Introduction: Levitating Side Table Made From Old Cardboard Boxes

About: Maker guy with a lot of love for paper and cardboard. Recently also working with recycled plastics. other related interests are photography, youtube, recycling, etc :-)

When I was looking for something cool and fun to make during these indoor quarantine days, I stumbled upon tensegrity models. It's really interesting physics and saw mainly tiny models, so I wanted to try and build it larger with a bit more ability to lift some light objects :-). The optical illusion is my favorite part of the final result and maybe the best part is that it doesn't require a lot of time or difficult materials so anyone can start to make something like this!

Step 1: Draw Your Parts on the Cardboard and Cut Out

Step 1 is about cutting the parts you will need. We will begin with 4 squares of 19 x 19 cm. then make 4 legs as shown in the photo. 9,5cm wide and length 37cm. Next you will need 2 squares of 5 x 5 cm cut into triangles. Cut a few strips of thin cardboard that are going to be used to cover up the edges later. These strips will be as wide as 2 of the legs on top of each other so twice the cardboard thickness. The cardboard I used here was 5mm thick so I had to cut the strips to 10mm wide.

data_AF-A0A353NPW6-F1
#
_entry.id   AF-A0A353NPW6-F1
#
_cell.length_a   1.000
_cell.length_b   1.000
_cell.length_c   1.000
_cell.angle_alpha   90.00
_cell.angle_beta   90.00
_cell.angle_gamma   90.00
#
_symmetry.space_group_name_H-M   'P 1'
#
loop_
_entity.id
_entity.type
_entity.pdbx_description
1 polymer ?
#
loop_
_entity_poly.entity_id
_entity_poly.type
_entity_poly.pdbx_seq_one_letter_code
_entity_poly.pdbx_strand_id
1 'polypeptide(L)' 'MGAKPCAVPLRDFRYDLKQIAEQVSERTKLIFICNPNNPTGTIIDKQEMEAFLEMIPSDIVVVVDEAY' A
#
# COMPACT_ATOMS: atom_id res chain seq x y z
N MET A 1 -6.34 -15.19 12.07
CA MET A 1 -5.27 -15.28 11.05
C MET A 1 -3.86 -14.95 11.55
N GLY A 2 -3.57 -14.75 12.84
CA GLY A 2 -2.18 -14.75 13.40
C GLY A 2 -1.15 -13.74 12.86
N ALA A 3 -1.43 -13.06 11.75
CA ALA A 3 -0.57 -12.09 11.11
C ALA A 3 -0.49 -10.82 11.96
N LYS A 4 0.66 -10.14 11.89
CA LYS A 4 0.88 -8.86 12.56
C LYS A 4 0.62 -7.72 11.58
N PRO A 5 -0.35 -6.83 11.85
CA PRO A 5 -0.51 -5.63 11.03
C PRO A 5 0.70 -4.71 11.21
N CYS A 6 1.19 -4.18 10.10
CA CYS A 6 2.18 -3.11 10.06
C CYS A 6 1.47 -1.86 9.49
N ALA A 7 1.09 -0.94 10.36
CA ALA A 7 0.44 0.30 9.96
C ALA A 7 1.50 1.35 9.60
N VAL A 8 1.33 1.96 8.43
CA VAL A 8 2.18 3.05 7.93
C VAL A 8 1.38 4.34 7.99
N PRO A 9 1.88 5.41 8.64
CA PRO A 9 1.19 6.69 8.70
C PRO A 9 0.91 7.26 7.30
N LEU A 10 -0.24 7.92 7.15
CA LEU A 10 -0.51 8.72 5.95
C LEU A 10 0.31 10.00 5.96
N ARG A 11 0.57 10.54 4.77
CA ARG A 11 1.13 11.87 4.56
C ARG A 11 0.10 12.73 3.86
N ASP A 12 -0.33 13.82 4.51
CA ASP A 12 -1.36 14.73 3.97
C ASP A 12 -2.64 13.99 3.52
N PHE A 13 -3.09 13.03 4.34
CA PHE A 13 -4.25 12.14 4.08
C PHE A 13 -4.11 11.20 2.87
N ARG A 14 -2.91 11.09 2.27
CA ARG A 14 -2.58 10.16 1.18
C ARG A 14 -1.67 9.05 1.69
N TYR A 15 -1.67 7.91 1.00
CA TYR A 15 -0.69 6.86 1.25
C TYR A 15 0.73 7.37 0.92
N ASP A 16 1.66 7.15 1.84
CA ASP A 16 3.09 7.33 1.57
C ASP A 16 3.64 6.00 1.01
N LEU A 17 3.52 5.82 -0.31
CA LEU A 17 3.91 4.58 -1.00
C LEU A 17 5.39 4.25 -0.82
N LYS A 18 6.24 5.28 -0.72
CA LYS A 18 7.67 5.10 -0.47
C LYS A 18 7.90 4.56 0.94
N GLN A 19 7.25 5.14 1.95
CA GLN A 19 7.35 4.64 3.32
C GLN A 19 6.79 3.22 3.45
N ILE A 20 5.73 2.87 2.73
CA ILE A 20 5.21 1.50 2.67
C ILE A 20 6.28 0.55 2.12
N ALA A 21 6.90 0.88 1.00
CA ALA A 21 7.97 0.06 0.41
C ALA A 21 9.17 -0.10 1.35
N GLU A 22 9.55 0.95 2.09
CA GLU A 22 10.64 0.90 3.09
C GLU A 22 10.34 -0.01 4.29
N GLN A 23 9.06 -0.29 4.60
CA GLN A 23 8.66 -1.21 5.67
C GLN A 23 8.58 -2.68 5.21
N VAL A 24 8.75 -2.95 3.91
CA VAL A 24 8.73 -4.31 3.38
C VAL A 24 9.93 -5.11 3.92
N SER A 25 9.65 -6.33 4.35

Step 2: Hot Glueing the First Parts

Glue 1 of the squares on top of another one and repeat that with the other 2 squares so you end up with 2 double stacked squares. Do the same with the table legs (2x2). Glue the table legs onto the squares in the middle and on the edge. Use a triangle ruler or anything else to make sure the angle is right. Later reinforce the leg with the cardboard triangles (5x5cm) you made earlier.

Step 3: Time for the Magic Rope and Detailing.

Use sufficient glue to mount the piece of rope onto the leg as in the picture. Next step is a bit of an esthetic one and that is to cover all the open cardboard edges (only the first leg/square). This also makes the leg stronger.

Step 4: Join the 2 Table Parts Together

Glue the other end of the rope onto the second leg. I kept a distance of 9 cm between the 2 parts. After connecting the 2 parts you can finish up table part 2 with the strips like you did in the previous step.

Step 5: Make a Temporary Frame.

This is an important step. Before you can apply the thread for balance, you need to position both parts as good as you can. I used 4 pieces of cardboard to hold the floating part horizontal. What is important is that the rope in the middle is a little bit on tension. In this way your floating table top will hang in a straight position rather than hanging to one side.

Step 6: Adding Thread for Balance

Use your needle and thread to pierce trough the top surface and make a knot. Fixate the knot with a little bit of hot glue. Mine are on the bottom of the table top so you won't see them right away. When dry, pierce trough the bottom part and fixate with hot glue. make sure you don't pull to hard because this might have negative effect on the other threads.

Step 7: Remove the Temporary Frame and Try It Out!

Remove the frame and if everything is correct, you got yourself a floating table! :-) When you put on little weight for a test you will notice that the placement of the 'cargo' is very influential to the position of the floating top. Watch out with heavy stuff like flower pots or anything similar because that would require a more sturdy build version :-) Enjoy and amaze some people with your magic side table! :-)

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